Wednesday, August 24, 2011

Crazy Quilt

Crazy Quilt dated 1883
As many of you know, I, the "Lady in charge of all things beautiful" at the Millersburg, Ohio, Barn Inn Bed and Breakfast, am an avid quilter as well as a lover of quilt history.  Quilts are records of a maker's life, leaving clues, sometimes of daily life, depicting images of such things as significant people in their lives, landmarks, symbols, or objects relating to occupations or events.  Such is the case with a crazy quilt I acquired from a thrift store in Sarasota, Florida.  A note kept with the quilt (from her great-great niece) says that many of these fabrics were, "Cuts from her ball gowns."  I was able to obtain the name and contact information of a family member of the donor.  More than a year after acquisition, and after numerous viewings of the quilt, for the first time, my eye fell onto a patched-over area.  Before I introduce the "History Mystery,"  I will tell you a little bit about this quilt.

According to the family source and the hand-scrawled note kept with the quilt, the maker, Margaretta Burd Goodwin, was born on May 13, 1840 and married Frederick Augustus Goodwin, a wealthy dentist in New York City.  According to the note, they lived on 58th Street near the Astor Hotel.  Her parents were George W. Burd and Clara of New York City, and she married Fred Goodwin on April 10, 1860.  Her relative could find no record of them having had children, and they are said to have had a servant and their neighbors had several.  Both Fred and Margaretta apparently died between 1920 and 1930.  The relative finds them in the 1920 Census but not in the 1930 Census.  Because they did not have children, the quilt went to Fred's niece, Anna Elizabeth Root Hall Pierpont.  Anna's parents were Mary Jane Goodwin (Fred's sister) and Timothy Root.  Fred Goodwin originally was from Connecticut.  I am told that the Halls and the Roots were from Wolcott or Wallingford, Conneticut.

Flag with 13 Star
Another most exquisite detail on the quilt is a flag with 13 stars, a tribute to the early colonies.  My source tells me that Fred Goodwin's great grandfather, Ozias Goodwin served in the Revolutionary War.  She also stated that Fred's brother, Nelson Goodwin, filled out the Sons of the American Revolution paperwork in 1913.   Also note the initials of husband, Fred Augustus Goodwin and the date of 1883.  Below is an exceptional example of fine period needlework.  While these examples are intact and beautiful, the overall condition of the quilt is fragile, as many of the fabrics have deteriorated over time.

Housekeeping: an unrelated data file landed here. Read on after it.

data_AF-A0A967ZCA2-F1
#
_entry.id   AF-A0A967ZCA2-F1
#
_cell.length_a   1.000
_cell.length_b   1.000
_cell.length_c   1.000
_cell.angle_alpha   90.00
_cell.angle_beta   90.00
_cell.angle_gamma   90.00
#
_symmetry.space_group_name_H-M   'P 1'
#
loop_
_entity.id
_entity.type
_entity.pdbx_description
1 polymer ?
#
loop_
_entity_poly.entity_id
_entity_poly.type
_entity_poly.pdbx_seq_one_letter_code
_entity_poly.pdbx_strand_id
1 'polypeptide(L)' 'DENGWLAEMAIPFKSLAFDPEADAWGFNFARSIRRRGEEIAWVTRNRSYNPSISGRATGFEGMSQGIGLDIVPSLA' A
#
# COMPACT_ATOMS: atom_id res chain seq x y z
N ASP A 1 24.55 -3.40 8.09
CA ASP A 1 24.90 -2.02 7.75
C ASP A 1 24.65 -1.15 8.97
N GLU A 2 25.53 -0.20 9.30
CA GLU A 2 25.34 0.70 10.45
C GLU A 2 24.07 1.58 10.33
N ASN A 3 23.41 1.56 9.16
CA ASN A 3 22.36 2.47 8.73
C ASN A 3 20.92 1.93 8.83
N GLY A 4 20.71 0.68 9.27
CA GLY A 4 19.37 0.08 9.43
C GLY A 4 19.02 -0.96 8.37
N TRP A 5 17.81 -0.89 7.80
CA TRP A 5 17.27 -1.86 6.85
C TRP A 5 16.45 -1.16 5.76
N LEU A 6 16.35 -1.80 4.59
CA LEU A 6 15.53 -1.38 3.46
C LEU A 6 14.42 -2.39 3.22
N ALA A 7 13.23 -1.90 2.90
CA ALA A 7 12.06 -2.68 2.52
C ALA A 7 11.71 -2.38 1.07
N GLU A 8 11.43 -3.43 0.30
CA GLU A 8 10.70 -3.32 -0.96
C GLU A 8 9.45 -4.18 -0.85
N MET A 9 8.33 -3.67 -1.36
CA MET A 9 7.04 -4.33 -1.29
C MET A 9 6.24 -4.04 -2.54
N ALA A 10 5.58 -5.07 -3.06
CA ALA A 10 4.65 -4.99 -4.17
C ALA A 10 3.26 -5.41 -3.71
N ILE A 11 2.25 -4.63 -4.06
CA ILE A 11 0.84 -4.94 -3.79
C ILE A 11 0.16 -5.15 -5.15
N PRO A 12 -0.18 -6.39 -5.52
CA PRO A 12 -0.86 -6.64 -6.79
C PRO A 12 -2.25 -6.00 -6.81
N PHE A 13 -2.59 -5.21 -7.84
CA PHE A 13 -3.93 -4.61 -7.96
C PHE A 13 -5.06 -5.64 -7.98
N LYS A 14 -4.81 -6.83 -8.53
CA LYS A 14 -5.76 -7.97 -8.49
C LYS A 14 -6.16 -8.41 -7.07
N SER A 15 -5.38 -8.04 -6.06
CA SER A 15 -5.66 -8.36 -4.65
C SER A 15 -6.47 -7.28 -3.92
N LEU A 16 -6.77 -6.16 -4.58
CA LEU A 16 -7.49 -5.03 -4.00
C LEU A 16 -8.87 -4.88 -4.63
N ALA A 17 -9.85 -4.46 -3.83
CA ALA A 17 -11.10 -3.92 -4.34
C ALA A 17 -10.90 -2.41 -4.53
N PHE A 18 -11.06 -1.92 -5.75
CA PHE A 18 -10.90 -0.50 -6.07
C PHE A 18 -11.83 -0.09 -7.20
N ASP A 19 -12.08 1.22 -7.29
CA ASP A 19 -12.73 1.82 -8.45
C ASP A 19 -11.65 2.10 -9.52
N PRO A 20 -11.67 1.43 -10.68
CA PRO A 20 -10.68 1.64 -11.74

Margaretta and Fred appear to have moved up in society after 1870.  Fred was a box maker in 1870 and was retired before 1900.

Intricately Embroidered Horse and Rider
There is no indication that the parents of Fred or Margaretta had servants when they were growing up.  Both of their fathers appear to have been blue-collar workers.  In 1870 the Burd's had an African-American servant living with them, but it was a large family with Margaretta, along with her husband, Fred, and Margaretta's sister Kate and her child living with them.

Covered lady

Original shiny fabric beneath
Now for the "History Mystery."  I recently noticed a patch on one of the silk pieces, and seeing that someone before me had lifted the curious patch, I too lifted it to find an embroidered lady.  Was she a servant since she is wearing an apron?  Why was she covered over?  It is obvious that she was patched over early on in time, as the silk underneath the patch has not been exposed to light.  You can't see it in the photo, but the patch was secured on all sides.  The stitches are still on the patch.  Obviously, this lady, or servant, whoever she was, originally would have been held in very high esteem to merit having been depicted on Margaretta's quilt.  So what happened that she was "Blotted out?"  I'd like to hear some ideas.  What do you think?

Submitted by Loretta Coblentz
August 24, 2011

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